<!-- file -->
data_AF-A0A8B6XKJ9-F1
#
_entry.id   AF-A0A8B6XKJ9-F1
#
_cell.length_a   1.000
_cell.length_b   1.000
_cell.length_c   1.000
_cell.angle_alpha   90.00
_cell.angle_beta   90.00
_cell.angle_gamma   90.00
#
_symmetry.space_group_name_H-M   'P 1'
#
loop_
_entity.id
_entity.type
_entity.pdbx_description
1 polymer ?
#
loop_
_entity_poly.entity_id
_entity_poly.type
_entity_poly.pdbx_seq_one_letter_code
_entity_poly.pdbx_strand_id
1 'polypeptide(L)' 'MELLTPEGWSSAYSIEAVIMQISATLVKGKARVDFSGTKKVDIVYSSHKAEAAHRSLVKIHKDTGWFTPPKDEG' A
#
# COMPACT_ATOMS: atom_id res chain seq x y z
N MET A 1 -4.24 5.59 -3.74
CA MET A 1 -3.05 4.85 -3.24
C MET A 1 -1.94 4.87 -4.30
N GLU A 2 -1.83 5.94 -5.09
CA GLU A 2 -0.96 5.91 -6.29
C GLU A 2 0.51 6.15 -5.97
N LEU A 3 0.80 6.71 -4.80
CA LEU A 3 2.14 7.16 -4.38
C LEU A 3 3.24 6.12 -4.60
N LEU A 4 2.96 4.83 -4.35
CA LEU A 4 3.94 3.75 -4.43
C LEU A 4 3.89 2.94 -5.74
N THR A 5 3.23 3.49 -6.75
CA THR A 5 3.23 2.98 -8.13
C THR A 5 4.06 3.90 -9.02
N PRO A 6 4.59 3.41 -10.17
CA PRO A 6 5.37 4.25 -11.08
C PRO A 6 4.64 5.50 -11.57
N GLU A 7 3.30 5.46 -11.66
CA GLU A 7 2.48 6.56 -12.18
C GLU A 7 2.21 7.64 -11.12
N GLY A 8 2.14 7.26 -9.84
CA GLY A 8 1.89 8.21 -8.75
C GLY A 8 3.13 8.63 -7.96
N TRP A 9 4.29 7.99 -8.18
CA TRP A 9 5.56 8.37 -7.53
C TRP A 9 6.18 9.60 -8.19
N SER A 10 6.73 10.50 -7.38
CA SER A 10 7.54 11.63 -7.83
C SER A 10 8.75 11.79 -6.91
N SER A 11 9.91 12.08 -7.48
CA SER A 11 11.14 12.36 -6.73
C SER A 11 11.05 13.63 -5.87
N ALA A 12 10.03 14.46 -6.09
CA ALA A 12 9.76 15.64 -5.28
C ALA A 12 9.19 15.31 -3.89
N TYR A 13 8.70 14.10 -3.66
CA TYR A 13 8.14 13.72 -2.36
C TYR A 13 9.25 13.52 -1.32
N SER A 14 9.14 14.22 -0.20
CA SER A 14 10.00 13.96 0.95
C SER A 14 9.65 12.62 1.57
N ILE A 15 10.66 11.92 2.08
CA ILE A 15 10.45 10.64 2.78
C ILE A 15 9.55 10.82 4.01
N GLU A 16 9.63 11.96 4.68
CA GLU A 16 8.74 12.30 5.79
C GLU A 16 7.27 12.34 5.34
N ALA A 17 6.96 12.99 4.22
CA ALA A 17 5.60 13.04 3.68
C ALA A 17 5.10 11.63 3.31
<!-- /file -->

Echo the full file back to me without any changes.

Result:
data_AF-A0A8B6XKJ9-F1
#
_entry.id   AF-A0A8B6XKJ9-F1
#
_cell.length_a   1.000
_cell.length_b   1.000
_cell.length_c   1.000
_cell.angle_alpha   90.00
_cell.angle_beta   90.00
_cell.angle_gamma   90.00
#
_symmetry.space_group_name_H-M   'P 1'
#
loop_
_entity.id
_entity.type
_entity.pdbx_description
1 polymer ?
#
loop_
_entity_poly.entity_id
_entity_poly.type
_entity_poly.pdbx_seq_one_letter_code
_entity_poly.pdbx_strand_id
1 'polypeptide(L)' 'MELLTPEGWSSAYSIEAVIMQISATLVKGKARVDFSGTKKVDIVYSSHKAEAAHRSLVKIHKDTGWFTPPKDEG' A
#
# COMPACT_ATOMS: atom_id res chain seq x y z
N MET A 1 -4.24 5.59 -3.74
CA MET A 1 -3.05 4.85 -3.24
C MET A 1 -1.94 4.87 -4.30
N GLU A 2 -1.83 5.94 -5.09
CA GLU A 2 -0.96 5.91 -6.29
C GLU A 2 0.51 6.15 -5.97
N LEU A 3 0.80 6.71 -4.80
CA LEU A 3 2.14 7.16 -4.38
C LEU A 3 3.24 6.12 -4.60
N LEU A 4 2.96 4.83 -4.35
CA LEU A 4 3.94 3.75 -4.43
C LEU A 4 3.89 2.94 -5.74
N THR A 5 3.23 3.49 -6.75
CA THR A 5 3.23 2.98 -8.13
C THR A 5 4.06 3.90 -9.02
N PRO A 6 4.59 3.41 -10.17
CA PRO A 6 5.37 4.25 -11.08
C PRO A 6 4.64 5.50 -11.57
N GLU A 7 3.30 5.46 -11.66
CA GLU A 7 2.48 6.56 -12.18
C GLU A 7 2.21 7.64 -11.12
N GLY A 8 2.14 7.26 -9.84
CA GLY A 8 1.89 8.21 -8.75
C GLY A 8 3.13 8.63 -7.96
N TRP A 9 4.29 7.99 -8.18
CA TRP A 9 5.56 8.37 -7.53
C TRP A 9 6.18 9.60 -8.19
N SER A 10 6.73 10.50 -7.38
CA SER A 10 7.54 11.63 -7.83
C SER A 10 8.75 11.79 -6.91
N SER A 11 9.91 12.08 -7.48
CA SER A 11 11.14 12.36 -6.73
C SER A 11 11.05 13.63 -5.87
N ALA A 12 10.03 14.46 -6.09
CA ALA A 12 9.76 15.64 -5.28
C ALA A 12 9.19 15.31 -3.89
N TYR A 13 8.70 14.10 -3.66
CA TYR A 13 8.14 13.72 -2.36
C TYR A 13 9.25 13.52 -1.32
N SER A 14 9.14 14.22 -0.20
CA SER A 14 10.00 13.96 0.95
C SER A 14 9.65 12.62 1.57
N ILE A 15 10.66 11.92 2.08
CA ILE A 15 10.45 10.64 2.78
C ILE A 15 9.55 10.82 4.01
N GLU A 16 9.63 11.96 4.68
CA GLU A 16 8.74 12.30 5.79
C GLU A 16 7.27 12.34 5.34
N ALA A 17 6.96 12.99 4.22
CA ALA A 17 5.60 13.04 3.68
C ALA A 17 5.10 11.63 3.31